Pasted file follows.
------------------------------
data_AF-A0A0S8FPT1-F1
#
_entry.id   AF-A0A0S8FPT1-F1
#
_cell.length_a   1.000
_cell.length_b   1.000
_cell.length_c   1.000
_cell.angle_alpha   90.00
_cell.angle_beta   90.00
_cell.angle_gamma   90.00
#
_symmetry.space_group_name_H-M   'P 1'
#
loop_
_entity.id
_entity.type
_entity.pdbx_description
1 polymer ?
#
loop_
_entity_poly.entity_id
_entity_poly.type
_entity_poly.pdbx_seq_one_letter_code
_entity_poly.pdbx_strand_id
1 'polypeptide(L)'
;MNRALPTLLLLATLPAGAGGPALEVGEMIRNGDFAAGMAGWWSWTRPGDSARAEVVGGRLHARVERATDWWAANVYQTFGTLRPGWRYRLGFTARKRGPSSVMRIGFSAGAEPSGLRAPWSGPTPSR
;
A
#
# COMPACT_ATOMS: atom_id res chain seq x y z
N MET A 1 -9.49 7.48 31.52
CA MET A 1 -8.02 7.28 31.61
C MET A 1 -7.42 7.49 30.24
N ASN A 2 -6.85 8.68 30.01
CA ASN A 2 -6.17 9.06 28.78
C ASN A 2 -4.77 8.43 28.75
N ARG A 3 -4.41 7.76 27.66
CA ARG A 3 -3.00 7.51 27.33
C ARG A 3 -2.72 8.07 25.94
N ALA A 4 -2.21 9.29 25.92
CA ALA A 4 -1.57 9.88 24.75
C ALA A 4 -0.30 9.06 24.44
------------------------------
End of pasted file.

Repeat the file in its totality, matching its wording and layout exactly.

data_AF-A0A0S8FPT1-F1
#
_entry.id   AF-A0A0S8FPT1-F1
#
_cell.length_a   1.000
_cell.length_b   1.000
_cell.length_c   1.000
_cell.angle_alpha   90.00
_cell.angle_beta   90.00
_cell.angle_gamma   90.00
#
_symmetry.space_group_name_H-M   'P 1'
#
loop_
_entity.id
_entity.type
_entity.pdbx_description
1 polymer ?
#
loop_
_entity_poly.entity_id
_entity_poly.type
_entity_poly.pdbx_seq_one_letter_code
_entity_poly.pdbx_strand_id
1 'polypeptide(L)'
;MNRALPTLLLLATLPAGAGGPALEVGEMIRNGDFAAGMAGWWSWTRPGDSARAEVVGGRLHARVERATDWWAANVYQTFGTLRPGWRYRLGFTARKRGPSSVMRIGFSAGAEPSGLRAPWSGPTPSR
;
A
#
# COMPACT_ATOMS: atom_id res chain seq x y z
N MET A 1 -9.49 7.48 31.52
CA MET A 1 -8.02 7.28 31.61
C MET A 1 -7.42 7.49 30.24
N ASN A 2 -6.85 8.68 30.01
CA ASN A 2 -6.17 9.06 28.78
C ASN A 2 -4.77 8.43 28.75
N ARG A 3 -4.41 7.76 27.66
CA ARG A 3 -3.00 7.51 27.33
C ARG A 3 -2.72 8.07 25.94
N ALA A 4 -2.21 9.29 25.92
CA ALA A 4 -1.57 9.88 24.75
C ALA A 4 -0.30 9.06 24.44